NASA and Boeing say preparations are continuing for the Starliner’s July test flight

NASA and Boeing said May 26 that they are still working towards launching the CST-100 Starliner in July on a crewed test flight despite “emerging issues” and concerns raised by the safety committee.

In a statement released just before work wrapped up before the weekend, the two organizations said they had completed a “checkpoint review” on May 25 of preparations for the Crew Flight Test (CFT) mission, currently scheduled for no later than July 21. NASA astronauts Butch Wilmore and Sonny Williams will fly aboard the CFT to the International Space Station for a short test flight, the spacecraft’s first crewed flight.

NASA and Boeing said they have now completed 95% of the certification work needed for the CFT. They also addressed all of the anomalies from Orbital Flight Test (OFT) 2 mission, an uncrewed Starliner test flight to the International Space Station one year earlier.

“We are taking a systematic approach to the Starliner’s first crewed flight that incorporates all the lessons learned from the various in-depth test campaigns,” Steve Stitch, NASA’s Commercial Crew Program manager, said in a statement. “In addition to finalizing work in progress, the team remains vigilant about tracking new technical issues as we complete manned flight certification.”

That statement mentioned “emerging issues that need a course of closure” before NASA and Boeing decided to fuel the spacecraft in June for a launch in July. Boeing officials said earlier this year that they decided to fuel the spacecraft only within 60 days of launch as a measure to mitigate any fuel leaks that could corrode valves, an issue that has delayed an August 2021 OFT-2 launch attempt.

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Among the problems was the replacement of a valve in the spacecraft service module’s thermal control system, which was reducing flow in one of the two redundant loops that cooled the vehicle’s avionics. NASA and Boeing said replacing the valve would take about a week, and should not affect the CFT launch schedule.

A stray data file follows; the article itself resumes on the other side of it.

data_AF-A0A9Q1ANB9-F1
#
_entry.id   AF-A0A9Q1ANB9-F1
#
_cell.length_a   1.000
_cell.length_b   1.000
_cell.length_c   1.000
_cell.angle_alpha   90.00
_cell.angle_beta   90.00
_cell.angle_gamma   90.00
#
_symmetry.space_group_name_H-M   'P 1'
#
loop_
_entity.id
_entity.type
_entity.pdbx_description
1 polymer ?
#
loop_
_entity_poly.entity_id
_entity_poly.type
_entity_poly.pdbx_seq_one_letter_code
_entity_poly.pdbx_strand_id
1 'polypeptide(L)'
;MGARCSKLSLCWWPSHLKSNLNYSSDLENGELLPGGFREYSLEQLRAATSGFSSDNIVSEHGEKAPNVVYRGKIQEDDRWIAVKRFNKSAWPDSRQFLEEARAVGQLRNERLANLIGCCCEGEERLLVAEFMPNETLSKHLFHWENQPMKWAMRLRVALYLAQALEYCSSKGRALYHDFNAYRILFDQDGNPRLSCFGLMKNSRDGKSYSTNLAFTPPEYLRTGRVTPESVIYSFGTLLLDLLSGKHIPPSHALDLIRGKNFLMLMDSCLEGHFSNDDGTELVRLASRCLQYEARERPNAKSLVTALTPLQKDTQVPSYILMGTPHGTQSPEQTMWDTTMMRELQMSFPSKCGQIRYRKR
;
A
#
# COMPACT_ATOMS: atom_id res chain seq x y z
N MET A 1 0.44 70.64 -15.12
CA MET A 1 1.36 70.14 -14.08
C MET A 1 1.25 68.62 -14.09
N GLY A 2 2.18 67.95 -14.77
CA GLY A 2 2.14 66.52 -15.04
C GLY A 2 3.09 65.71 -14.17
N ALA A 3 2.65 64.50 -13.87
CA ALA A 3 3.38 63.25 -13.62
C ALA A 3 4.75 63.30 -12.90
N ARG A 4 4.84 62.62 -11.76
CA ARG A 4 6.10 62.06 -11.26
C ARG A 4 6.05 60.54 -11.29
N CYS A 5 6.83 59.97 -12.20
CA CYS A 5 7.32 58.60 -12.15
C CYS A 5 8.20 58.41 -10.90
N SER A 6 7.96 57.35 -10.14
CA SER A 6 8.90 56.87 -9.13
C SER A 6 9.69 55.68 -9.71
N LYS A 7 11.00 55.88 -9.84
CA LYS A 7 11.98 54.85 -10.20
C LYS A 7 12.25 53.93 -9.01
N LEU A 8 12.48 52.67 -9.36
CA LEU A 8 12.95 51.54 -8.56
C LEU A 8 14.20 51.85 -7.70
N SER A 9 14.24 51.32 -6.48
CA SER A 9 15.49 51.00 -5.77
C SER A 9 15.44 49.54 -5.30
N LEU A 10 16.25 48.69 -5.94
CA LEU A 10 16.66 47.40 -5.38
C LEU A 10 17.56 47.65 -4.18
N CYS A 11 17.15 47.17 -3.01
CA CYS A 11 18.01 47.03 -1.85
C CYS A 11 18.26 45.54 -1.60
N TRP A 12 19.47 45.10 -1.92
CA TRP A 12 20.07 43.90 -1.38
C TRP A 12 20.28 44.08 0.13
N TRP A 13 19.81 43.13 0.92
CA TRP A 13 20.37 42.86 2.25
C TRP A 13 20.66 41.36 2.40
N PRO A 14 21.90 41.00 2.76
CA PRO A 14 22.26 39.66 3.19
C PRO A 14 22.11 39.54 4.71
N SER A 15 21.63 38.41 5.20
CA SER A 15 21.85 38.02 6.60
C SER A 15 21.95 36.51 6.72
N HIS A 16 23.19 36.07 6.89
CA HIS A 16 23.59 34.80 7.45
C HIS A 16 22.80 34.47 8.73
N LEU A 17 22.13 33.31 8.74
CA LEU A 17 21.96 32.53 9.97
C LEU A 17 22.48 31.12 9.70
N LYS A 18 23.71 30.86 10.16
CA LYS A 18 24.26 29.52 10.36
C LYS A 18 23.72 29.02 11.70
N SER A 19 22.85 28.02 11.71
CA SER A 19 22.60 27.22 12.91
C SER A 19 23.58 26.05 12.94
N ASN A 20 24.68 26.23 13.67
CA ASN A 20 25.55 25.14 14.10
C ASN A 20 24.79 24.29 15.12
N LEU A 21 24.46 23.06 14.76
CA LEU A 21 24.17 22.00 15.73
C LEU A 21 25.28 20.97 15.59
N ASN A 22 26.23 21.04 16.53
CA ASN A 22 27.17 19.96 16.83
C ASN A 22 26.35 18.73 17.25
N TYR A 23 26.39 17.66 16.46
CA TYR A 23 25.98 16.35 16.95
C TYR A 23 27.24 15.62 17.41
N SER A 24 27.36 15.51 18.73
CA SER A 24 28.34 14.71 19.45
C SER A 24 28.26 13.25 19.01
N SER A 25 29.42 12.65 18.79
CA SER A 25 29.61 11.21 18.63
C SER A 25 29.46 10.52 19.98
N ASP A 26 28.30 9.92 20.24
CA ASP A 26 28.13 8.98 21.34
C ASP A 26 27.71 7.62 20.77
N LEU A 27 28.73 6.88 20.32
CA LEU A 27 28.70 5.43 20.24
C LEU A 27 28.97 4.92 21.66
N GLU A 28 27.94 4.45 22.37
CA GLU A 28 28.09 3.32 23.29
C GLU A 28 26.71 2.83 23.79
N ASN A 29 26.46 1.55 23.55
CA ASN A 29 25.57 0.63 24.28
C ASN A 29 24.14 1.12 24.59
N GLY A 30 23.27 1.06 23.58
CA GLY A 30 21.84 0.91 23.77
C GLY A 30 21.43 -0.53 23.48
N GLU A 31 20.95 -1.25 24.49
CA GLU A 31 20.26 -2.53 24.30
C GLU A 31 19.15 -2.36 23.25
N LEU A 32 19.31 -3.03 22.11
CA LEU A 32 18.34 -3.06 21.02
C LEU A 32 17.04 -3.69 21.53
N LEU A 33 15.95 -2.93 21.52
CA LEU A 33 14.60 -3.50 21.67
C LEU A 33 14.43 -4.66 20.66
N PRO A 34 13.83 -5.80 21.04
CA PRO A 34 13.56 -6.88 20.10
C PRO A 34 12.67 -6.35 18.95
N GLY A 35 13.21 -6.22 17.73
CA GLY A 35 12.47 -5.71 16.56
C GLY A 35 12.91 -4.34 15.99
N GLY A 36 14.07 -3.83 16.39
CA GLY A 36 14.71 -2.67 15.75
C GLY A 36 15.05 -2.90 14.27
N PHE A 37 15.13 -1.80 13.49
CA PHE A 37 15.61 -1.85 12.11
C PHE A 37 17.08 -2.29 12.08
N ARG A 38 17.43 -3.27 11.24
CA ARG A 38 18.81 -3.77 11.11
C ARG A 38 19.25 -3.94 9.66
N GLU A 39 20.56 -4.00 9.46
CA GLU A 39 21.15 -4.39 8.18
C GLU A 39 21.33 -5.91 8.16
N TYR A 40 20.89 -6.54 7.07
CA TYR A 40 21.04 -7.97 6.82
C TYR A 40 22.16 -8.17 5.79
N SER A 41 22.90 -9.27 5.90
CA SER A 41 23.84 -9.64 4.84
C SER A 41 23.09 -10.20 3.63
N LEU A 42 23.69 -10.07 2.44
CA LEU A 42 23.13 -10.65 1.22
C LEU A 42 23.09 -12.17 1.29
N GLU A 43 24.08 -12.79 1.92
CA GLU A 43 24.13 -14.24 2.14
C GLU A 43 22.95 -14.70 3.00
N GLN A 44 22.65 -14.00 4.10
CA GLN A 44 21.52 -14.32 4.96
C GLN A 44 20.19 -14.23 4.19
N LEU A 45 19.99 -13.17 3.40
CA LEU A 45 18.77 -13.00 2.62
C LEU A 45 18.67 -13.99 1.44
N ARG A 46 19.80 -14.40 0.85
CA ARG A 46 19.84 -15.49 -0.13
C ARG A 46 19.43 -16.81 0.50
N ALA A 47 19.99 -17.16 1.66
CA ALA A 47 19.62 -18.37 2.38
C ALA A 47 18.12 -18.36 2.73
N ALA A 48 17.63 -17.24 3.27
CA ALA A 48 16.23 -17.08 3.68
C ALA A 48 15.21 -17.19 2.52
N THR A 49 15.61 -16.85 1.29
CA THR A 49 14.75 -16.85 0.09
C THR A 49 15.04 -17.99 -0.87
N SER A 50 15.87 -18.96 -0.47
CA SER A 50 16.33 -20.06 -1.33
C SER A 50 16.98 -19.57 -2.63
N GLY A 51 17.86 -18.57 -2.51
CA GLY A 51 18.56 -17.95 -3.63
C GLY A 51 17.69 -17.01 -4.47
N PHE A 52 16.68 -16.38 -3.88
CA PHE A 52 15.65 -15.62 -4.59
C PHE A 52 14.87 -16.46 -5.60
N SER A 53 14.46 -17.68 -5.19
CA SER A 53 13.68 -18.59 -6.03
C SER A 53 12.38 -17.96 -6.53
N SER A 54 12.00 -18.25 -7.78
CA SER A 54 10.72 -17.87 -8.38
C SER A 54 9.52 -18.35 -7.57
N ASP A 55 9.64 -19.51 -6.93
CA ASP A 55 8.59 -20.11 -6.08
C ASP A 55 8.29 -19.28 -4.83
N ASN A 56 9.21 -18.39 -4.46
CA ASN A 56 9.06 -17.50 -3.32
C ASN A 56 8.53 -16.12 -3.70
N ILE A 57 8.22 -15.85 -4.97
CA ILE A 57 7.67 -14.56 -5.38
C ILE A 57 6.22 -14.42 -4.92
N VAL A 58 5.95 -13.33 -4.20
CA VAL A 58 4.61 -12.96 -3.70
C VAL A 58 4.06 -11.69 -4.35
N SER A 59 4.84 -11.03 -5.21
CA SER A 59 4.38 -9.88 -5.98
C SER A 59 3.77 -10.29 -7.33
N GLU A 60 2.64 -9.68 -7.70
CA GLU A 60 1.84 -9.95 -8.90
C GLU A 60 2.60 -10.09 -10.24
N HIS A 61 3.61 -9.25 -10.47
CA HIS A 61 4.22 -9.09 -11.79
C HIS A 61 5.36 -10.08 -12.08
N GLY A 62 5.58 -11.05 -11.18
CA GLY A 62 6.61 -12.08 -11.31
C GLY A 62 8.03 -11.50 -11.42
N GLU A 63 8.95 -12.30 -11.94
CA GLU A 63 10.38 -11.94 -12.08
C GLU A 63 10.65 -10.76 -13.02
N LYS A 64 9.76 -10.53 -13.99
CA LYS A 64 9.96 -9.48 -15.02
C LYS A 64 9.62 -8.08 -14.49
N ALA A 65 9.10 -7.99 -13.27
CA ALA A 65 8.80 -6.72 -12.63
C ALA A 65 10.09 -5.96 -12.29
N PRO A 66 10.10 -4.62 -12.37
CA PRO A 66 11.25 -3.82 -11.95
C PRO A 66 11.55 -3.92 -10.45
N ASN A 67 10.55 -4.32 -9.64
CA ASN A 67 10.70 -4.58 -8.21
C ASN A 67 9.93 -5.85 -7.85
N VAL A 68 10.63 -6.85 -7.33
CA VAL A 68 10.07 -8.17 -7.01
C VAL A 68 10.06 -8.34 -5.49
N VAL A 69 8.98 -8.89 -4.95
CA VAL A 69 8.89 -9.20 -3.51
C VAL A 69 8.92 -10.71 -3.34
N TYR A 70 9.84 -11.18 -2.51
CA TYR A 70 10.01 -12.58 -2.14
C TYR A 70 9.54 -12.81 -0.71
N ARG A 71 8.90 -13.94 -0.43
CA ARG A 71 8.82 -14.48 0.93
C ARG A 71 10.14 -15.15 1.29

Engineers are also evaluating whether the tape used for wiring could pose a flammability hazard. Although this tape is commonly used on other spacecraft, they are evaluating whether it is acceptable for manned flights. The organizations said the assessment should be done before a decision is made to fuel the spacecraft.

Another system under review is the Starliner parachutes. NASA and Boeing said they are reevaluating the margins in the parachutes, including the “overall efficiency” of the joints in this system, to ensure they achieve the safety factors required for a manned spacecraft.

The statement came a day after a public meeting of NASA’s Space Safety Advisory Committee (ASAP) in which the committee’s chair, Patricia Sanders, raised concerns about the ability to complete work, such as parachute certification, in time to meet a planned July 21 launch.

“It is imperative that NASA not succumb to pressure, even unconsciously, to release the CFT without addressing all remaining barriers to certification,” she said, recommending that NASA bring in an independent group, such as the NASA Engineering and Safety Center, “to take a deep look at items on the path to closure.”

The NASA/Boeing statement did not mention the ASAP meeting. However, it did address one issue Sanders raised about spacecraft batteries. The organizations said they approved the batteries for use in the CFT “based on additional testing and analysis” with a proposal to upgrade the batteries on future missions.

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Stich said, in the statement, that the agency and company have made progress since late March, when we announced that certification work would drive the launch of CFT from April through July.

“If you look back a couple of months ago at the work that was before us, it was all done,” he said. “The joint team is flexible and resolute in its goal of having the crew fly the Starliner as soon as it is safe to do so.”

However, he did not rule out any missteps from the current July launch date. “If there is a need to adjust the schedule in the future, we will definitely do it as we did before. We will only fly when we are ready.”

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